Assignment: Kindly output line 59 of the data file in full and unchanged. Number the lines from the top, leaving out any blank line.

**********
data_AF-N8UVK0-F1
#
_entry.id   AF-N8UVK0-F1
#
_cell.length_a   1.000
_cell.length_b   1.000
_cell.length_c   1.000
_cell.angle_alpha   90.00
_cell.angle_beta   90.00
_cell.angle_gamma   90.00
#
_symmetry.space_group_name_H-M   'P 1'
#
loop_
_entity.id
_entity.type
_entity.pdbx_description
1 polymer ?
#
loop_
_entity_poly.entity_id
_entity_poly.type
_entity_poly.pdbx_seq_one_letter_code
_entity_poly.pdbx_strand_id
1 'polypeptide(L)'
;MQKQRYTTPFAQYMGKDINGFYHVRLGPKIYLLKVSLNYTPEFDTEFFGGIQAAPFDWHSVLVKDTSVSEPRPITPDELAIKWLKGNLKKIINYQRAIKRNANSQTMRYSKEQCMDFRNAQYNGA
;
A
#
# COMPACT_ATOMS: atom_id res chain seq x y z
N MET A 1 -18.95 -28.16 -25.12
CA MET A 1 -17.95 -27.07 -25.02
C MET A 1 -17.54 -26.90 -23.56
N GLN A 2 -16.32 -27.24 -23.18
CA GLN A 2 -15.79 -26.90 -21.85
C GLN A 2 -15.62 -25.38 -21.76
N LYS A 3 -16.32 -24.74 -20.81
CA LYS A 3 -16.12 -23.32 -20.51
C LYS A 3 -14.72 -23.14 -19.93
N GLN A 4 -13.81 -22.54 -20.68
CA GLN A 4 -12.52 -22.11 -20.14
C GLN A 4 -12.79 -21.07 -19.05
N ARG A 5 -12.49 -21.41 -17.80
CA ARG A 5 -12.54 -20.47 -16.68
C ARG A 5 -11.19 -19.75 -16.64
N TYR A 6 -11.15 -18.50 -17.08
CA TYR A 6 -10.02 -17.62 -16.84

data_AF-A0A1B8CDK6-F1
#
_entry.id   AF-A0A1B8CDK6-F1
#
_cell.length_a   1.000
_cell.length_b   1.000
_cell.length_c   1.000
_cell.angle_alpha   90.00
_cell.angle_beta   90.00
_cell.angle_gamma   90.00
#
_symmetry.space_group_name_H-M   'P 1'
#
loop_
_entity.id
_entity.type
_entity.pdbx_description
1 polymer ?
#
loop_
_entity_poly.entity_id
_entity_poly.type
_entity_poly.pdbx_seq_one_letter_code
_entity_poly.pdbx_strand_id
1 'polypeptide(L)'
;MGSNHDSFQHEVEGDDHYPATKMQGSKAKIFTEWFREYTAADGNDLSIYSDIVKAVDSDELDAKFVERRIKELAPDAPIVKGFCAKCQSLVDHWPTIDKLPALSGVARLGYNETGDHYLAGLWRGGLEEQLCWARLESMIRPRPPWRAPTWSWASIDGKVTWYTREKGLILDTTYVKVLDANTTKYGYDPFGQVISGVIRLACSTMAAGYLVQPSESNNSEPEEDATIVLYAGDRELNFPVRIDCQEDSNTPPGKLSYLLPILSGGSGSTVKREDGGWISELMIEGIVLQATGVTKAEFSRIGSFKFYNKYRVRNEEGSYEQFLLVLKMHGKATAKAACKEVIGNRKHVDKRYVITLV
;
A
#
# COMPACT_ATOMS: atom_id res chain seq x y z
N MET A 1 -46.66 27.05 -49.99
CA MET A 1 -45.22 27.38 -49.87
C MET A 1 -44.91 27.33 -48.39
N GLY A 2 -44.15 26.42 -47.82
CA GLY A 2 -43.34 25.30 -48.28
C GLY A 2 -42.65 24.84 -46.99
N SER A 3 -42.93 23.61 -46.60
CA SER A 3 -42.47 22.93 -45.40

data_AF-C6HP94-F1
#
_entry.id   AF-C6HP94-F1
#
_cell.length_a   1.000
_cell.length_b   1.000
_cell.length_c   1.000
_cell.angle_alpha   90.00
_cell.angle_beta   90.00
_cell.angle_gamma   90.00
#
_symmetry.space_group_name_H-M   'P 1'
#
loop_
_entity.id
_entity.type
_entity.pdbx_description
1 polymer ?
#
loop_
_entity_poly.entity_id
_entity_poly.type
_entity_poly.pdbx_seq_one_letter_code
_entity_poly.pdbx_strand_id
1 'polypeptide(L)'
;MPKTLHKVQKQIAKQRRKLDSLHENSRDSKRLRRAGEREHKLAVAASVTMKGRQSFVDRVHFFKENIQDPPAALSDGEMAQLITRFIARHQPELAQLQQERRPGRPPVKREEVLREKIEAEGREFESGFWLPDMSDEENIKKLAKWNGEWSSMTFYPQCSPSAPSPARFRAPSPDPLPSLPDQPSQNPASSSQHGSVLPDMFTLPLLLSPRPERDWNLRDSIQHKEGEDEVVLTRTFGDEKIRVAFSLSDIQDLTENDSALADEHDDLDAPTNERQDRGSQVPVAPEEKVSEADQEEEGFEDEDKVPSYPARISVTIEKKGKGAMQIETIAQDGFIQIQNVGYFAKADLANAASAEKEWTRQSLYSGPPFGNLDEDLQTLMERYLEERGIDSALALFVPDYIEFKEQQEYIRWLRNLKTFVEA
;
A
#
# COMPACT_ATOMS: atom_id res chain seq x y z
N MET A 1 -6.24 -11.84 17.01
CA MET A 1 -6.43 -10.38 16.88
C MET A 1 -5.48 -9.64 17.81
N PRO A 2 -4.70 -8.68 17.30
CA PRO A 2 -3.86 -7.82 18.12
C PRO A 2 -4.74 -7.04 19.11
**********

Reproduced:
_symmetry.space_group_name_H-M   'P 1'